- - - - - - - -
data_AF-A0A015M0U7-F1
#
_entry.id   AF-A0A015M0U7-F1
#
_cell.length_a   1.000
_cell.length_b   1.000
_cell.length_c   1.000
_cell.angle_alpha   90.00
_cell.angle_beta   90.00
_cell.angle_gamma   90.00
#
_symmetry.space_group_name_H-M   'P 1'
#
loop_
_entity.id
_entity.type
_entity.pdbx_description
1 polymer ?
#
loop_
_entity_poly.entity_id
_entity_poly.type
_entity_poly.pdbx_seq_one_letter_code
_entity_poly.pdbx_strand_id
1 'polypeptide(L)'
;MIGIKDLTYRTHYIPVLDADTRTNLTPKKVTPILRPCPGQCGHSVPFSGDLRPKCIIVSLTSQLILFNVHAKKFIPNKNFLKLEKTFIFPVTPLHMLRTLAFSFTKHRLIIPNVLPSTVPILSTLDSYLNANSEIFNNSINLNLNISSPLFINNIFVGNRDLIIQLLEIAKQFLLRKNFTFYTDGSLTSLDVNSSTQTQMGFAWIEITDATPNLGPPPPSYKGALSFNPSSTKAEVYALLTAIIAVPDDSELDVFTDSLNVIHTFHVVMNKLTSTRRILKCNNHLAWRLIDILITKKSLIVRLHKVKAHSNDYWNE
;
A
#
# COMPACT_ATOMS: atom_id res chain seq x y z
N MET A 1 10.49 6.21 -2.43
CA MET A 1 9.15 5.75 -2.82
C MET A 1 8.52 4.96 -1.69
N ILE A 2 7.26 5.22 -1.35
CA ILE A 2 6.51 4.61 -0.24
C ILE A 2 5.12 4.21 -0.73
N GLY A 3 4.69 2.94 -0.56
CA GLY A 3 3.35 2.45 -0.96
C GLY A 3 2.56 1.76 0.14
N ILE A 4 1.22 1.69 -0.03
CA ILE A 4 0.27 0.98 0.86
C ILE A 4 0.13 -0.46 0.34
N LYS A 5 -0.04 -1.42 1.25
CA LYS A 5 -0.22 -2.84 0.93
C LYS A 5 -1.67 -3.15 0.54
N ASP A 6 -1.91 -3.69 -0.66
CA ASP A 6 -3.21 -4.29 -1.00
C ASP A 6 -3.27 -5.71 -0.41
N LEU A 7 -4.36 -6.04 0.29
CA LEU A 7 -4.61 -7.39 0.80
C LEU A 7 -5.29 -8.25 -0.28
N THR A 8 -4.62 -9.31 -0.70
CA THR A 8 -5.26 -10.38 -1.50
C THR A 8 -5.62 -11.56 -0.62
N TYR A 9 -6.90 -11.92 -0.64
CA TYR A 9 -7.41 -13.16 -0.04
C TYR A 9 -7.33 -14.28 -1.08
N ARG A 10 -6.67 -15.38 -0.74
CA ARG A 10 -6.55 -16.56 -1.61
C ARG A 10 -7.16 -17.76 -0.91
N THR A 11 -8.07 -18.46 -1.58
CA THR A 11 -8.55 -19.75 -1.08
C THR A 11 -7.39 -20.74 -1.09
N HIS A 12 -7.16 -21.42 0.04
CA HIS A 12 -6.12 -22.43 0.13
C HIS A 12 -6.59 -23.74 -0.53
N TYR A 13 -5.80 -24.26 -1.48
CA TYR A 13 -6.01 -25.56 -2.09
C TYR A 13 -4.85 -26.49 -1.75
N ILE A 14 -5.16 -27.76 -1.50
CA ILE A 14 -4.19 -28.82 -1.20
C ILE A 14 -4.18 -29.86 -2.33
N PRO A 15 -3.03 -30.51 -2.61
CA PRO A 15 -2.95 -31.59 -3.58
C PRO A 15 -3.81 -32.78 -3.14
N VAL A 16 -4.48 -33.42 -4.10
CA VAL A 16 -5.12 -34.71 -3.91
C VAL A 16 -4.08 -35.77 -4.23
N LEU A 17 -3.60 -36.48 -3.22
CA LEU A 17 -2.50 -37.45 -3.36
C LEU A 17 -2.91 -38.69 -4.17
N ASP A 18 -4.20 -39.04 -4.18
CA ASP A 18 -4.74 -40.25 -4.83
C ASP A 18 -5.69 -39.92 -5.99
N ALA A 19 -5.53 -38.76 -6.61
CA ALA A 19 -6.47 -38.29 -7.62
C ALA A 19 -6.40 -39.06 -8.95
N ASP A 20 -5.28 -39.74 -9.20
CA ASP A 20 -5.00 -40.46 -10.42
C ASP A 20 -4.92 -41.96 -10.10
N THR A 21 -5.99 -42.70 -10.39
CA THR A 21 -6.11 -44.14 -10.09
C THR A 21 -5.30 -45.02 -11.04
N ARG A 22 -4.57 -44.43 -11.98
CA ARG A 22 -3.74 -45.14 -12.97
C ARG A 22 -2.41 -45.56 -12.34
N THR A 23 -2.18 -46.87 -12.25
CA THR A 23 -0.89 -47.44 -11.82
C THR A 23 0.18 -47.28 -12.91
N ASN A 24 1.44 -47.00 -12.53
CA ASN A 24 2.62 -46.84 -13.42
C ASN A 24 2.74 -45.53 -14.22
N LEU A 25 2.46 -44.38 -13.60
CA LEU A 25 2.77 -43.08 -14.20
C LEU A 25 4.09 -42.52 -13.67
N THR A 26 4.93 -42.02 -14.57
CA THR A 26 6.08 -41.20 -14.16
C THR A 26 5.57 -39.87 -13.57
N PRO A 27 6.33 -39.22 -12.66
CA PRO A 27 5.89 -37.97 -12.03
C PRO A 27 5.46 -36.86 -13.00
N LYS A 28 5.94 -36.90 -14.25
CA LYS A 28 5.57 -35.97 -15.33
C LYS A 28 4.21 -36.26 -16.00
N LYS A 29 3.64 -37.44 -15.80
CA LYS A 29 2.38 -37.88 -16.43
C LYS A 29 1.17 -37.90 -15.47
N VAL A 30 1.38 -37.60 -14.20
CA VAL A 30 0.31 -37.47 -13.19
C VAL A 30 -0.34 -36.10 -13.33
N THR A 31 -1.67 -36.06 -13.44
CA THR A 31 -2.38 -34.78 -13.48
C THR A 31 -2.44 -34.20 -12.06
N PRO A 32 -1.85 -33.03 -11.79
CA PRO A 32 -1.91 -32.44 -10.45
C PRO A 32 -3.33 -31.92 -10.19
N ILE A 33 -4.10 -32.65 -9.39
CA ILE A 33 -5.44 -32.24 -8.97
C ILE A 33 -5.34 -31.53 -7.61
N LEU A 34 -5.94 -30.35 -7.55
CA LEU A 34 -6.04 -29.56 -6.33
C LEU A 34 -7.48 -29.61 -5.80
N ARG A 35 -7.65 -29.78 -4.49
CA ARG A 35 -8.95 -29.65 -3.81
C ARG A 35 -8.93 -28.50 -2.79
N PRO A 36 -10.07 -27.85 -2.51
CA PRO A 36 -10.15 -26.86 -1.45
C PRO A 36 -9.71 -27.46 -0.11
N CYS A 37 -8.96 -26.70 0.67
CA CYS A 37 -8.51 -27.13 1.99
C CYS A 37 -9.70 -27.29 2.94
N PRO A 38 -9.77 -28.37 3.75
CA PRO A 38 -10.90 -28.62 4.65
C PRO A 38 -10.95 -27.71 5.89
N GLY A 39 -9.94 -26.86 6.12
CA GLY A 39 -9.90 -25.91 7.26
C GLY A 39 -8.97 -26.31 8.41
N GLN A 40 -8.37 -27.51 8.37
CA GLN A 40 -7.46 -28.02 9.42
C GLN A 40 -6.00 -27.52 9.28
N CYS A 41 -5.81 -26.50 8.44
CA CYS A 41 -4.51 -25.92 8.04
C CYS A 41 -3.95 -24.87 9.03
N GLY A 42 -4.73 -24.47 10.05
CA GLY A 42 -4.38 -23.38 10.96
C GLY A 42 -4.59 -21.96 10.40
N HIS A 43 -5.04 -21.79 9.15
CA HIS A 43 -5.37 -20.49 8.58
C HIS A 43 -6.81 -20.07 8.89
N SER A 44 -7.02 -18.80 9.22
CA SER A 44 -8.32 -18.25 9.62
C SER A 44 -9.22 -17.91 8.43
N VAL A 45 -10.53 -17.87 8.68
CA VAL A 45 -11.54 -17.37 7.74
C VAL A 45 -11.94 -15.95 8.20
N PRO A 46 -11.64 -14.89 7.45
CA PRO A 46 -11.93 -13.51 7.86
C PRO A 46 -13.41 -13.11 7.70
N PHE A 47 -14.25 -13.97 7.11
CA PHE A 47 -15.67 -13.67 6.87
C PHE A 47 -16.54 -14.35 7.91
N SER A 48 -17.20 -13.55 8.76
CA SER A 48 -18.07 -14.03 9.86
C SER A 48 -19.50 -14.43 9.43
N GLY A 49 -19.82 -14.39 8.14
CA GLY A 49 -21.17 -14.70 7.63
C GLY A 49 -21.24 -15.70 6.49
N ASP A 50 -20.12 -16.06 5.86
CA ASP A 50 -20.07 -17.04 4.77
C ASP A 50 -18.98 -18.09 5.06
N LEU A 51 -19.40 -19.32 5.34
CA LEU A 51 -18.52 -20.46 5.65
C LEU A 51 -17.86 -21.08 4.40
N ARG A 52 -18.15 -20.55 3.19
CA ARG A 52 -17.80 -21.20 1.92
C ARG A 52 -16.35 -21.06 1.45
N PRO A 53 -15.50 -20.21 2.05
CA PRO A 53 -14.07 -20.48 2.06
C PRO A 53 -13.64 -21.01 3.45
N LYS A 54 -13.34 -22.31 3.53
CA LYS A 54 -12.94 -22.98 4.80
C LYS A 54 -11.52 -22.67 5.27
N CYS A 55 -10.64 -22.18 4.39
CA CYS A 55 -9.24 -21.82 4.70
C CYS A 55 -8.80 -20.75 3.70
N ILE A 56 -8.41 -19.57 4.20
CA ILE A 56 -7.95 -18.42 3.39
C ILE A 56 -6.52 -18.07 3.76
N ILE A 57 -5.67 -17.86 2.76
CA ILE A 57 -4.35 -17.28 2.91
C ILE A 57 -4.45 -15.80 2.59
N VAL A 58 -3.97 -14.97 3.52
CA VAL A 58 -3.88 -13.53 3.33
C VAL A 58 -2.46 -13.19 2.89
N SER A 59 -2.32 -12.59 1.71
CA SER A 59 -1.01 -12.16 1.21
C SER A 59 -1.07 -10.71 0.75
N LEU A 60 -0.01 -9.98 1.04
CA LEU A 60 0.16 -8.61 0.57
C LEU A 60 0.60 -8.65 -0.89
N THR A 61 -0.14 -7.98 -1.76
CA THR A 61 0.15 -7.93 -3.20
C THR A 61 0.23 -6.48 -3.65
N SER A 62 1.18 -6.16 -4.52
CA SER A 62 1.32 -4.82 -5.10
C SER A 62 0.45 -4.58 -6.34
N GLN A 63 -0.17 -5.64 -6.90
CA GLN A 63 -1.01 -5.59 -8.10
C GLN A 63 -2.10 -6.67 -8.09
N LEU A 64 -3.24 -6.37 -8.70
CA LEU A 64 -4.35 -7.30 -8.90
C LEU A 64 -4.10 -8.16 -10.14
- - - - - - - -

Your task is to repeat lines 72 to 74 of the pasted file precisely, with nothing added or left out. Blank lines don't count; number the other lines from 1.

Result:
C ILE A 14 -4.18 -29.86 -2.33
N PRO A 15 -3.03 -30.51 -2.61
CA PRO A 15 -2.95 -31.59 -3.58